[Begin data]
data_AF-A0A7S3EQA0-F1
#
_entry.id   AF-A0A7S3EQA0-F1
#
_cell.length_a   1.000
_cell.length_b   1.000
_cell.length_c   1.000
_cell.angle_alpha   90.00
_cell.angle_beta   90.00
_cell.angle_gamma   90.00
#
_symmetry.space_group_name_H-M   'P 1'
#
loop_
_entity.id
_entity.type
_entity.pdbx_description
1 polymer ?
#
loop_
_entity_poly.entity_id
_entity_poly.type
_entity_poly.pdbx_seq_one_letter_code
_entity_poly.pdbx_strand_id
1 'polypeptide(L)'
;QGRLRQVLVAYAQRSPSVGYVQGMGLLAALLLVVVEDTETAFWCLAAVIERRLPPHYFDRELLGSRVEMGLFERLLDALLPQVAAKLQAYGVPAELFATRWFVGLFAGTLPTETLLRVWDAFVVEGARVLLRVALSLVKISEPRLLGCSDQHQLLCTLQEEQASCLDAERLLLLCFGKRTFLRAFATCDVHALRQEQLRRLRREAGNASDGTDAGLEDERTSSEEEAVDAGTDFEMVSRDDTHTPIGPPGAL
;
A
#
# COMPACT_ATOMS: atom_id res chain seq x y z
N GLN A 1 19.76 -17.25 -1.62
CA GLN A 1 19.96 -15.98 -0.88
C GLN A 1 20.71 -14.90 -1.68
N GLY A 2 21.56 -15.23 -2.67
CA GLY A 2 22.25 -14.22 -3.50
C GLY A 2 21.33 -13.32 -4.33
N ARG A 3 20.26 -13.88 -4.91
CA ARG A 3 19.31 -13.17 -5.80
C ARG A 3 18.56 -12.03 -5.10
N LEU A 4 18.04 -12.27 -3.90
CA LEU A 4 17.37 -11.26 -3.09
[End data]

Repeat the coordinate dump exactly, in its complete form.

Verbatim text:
data_AF-A0A7S3EQA0-F1
#
_entry.id   AF-A0A7S3EQA0-F1
#
_cell.length_a   1.000
_cell.length_b   1.000
_cell.length_c   1.000
_cell.angle_alpha   90.00
_cell.angle_beta   90.00
_cell.angle_gamma   90.00
#
_symmetry.space_group_name_H-M   'P 1'
#
loop_
_entity.id
_entity.type
_entity.pdbx_description
1 polymer ?
#
loop_
_entity_poly.entity_id
_entity_poly.type
_entity_poly.pdbx_seq_one_letter_code
_entity_poly.pdbx_strand_id
1 'polypeptide(L)'
;QGRLRQVLVAYAQRSPSVGYVQGMGLLAALLLVVVEDTETAFWCLAAVIERRLPPHYFDRELLGSRVEMGLFERLLDALLPQVAAKLQAYGVPAELFATRWFVGLFAGTLPTETLLRVWDAFVVEGARVLLRVALSLVKISEPRLLGCSDQHQLLCTLQEEQASCLDAERLLLLCFGKRTFLRAFATCDVHALRQEQLRRLRREAGNASDGTDAGLEDERTSSEEEAVDAGTDFEMVSRDDTHTPIGPPGAL
;
A
#
# COMPACT_ATOMS: atom_id res chain seq x y z
N GLN A 1 19.76 -17.25 -1.62
CA GLN A 1 19.96 -15.98 -0.88
C GLN A 1 20.71 -14.90 -1.68
N GLY A 2 21.56 -15.23 -2.67
CA GLY A 2 22.25 -14.22 -3.50
C GLY A 2 21.33 -13.32 -4.33
N ARG A 3 20.26 -13.88 -4.91
CA ARG A 3 19.31 -13.17 -5.80
C ARG A 3 18.56 -12.03 -5.10
N LEU A 4 18.04 -12.27 -3.90
CA LEU A 4 17.37 -11.26 -3.09